WOODRIDGE, Ill. (CBS)Woodridge Mayor Gina Cunningham estimates about 100 homes were significantly damaged in the western suburb by the tornado late Sunday night – but hundreds more were touched by the storm in smaller ways such as power outages or branches down.

But neighbors also shared the damage you can’t see with CBS 2’s Marie Saavedra.

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After a storm, cleanup is a practical job. There are power crews and tree trimmers.

And then, there’s the personal.

Pam Alexander granted us permission to show you her greatest loss. Her backyard was left in ruins.

“You know what’s funny? This part’s emotional, right here, because this is like my safe place out here,” Alexander said as she broke down.

It’s funny, because Alexander’s home is in far worse shape. The roof caved in over her living room. She was out of town when the tornado hit, burying the spot she sits in on her couch with her pets.

But it’s the backyard that gets her.

“Being out here with my family and the people I love, this is where we’ve shared the best of times out here,” Alexander said.

But her tears get pushed back when it’s time to do business, like when Woodridge survey teams came to check out her house.

“We’ve made it about halfway through the damage area,” Woodridge Village Administrator Al Stonitsch said of ongoing door-to-door canvassing of the damage. “We’ll complete the second half today.”

The information the administrator’s office gathers could be used in any possible further disaster declaration, and thus, the village wanted it done as quickly as possible.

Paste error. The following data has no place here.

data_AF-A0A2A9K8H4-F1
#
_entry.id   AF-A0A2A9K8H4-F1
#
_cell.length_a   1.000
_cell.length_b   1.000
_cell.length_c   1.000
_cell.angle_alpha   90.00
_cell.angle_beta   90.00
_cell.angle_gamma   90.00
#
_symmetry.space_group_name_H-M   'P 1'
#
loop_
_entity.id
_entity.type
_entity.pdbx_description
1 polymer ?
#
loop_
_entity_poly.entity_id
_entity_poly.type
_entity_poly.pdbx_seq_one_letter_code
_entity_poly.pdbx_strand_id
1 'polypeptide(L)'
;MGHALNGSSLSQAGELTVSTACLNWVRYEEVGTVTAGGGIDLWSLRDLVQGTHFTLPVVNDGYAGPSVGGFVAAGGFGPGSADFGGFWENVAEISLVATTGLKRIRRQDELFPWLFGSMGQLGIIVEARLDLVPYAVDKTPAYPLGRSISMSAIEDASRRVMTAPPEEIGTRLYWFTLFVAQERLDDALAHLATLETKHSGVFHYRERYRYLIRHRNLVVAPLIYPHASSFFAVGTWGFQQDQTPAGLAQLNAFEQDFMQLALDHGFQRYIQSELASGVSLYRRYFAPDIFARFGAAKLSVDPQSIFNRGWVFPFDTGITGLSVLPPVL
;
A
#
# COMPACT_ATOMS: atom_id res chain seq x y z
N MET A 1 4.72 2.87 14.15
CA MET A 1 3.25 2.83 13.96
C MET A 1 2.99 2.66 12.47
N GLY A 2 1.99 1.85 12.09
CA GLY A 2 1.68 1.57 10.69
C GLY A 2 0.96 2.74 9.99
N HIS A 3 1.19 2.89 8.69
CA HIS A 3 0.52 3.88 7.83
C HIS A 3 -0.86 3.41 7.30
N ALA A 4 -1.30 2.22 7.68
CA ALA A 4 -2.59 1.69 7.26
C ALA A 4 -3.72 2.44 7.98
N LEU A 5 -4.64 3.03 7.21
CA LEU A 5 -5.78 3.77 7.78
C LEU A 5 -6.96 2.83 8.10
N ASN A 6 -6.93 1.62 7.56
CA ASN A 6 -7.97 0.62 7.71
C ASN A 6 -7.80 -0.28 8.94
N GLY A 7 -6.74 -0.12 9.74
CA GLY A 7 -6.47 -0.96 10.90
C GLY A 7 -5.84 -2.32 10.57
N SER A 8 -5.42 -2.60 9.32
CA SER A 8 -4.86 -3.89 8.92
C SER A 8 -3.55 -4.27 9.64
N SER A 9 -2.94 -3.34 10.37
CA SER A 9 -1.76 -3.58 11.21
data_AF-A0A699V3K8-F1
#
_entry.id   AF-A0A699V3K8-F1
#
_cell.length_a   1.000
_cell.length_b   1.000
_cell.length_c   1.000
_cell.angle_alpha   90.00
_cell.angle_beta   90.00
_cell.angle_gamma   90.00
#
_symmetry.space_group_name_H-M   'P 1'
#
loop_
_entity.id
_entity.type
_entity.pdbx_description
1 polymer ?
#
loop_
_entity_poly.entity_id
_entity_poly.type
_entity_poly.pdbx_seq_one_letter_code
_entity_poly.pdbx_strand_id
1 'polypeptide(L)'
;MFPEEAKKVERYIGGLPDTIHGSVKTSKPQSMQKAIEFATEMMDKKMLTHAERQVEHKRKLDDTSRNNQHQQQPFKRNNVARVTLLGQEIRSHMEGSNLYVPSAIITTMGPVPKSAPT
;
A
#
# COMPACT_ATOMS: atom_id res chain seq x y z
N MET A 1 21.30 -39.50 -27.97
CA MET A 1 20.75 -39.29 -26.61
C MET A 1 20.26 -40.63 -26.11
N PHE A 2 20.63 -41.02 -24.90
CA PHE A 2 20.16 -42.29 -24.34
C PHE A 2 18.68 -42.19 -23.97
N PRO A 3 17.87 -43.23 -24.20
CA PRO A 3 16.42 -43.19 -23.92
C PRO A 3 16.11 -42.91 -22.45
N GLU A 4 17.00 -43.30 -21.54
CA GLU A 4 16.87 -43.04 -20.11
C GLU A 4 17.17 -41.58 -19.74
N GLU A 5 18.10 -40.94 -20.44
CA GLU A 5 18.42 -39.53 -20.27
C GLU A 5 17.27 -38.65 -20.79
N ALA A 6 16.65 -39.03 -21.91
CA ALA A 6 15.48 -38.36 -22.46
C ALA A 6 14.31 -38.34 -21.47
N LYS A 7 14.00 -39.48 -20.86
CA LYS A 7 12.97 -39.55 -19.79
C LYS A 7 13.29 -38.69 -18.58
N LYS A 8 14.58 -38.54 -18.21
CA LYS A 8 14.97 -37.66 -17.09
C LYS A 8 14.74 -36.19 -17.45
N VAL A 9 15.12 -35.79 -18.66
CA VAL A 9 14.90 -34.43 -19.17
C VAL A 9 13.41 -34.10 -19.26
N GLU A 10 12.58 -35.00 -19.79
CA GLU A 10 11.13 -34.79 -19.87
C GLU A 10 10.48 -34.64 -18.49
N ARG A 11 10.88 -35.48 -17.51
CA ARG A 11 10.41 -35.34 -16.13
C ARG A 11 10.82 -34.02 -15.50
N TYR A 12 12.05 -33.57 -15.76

And while the village administrator is already talking about rebuilding, Alexander is still mourning what she had.

“That, ‘Oh, this is a blessing, it’s going to be better than it was,’ and I said: ‘No, you don’t get it. You want it the way it was,’” she said.

It is that invisible damage that will also take time to repair.

“I know it’ll be fixed and the people will be in my life, and it’ll be good again, but it’s hard,” she said. “It’s hard.”

Another resident, Joe Biondo used the word “gone” repeatedly, and fittingly, to describe what had happened to his Woodridge neighborhood.

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“It was our first year of the patio, now gone,” he said. “Twenty, 30 seconds later everything was gone.”

He is lucky that his home was mostly spared. His garage and yard were not.

“Gone in 60 seconds or less, I would say – it was quick destruction,” Biondo said.

The pergola was left on its side in the tornado – but a new and dangerous kind of canopy has now developed nearby.

“The power lines – that’s them there, all the way through,” he said.

It is hanging proof of how much there’s left to do.

“Right now, we’re just hoping for the power to come back on,” Biondo said.

The Biondos are some of the 700 ComEd customers still without power in Woodridge as of late Tuesday, and getting that power back on is the mayor’s top concern.

“There’s so much going on at once,” Mayor Cunningham said.

There seemed to be a power repair crew at every corner – and Monday and Tuesday’s good weather helped the progress.

“We’re about up to 90 percent, which is phenomenal,” Cunningham said.

Biondo was still running on generators as of Tuesday, but he thinks they’re close to being restored.

“Some friends that live about three blocks down, they have their power back on. They say it’s supposed to be coming on soon,” he said.

And then at least one thing on Biondo’s long recovery to-do list will be… gone.

The latest update from ComEd said the majority of those 700 customers without power should have it back tonight. Everyone should have it back by Wednesday morning.

Meanwhile, the West Suburban Community Pantry, at 6809 Hobson Valley Dr. in Woodridge, is expanding its hours to help people with food and essentials.

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The pantry is open Monday through Friday from 8:30 a.m. to 5 p.m. and Saturday from 8:30 a.m. to noon. It is also accepting donations of shelf-stable food, diapers, baby wipes, and pet food.

Marie Saavedra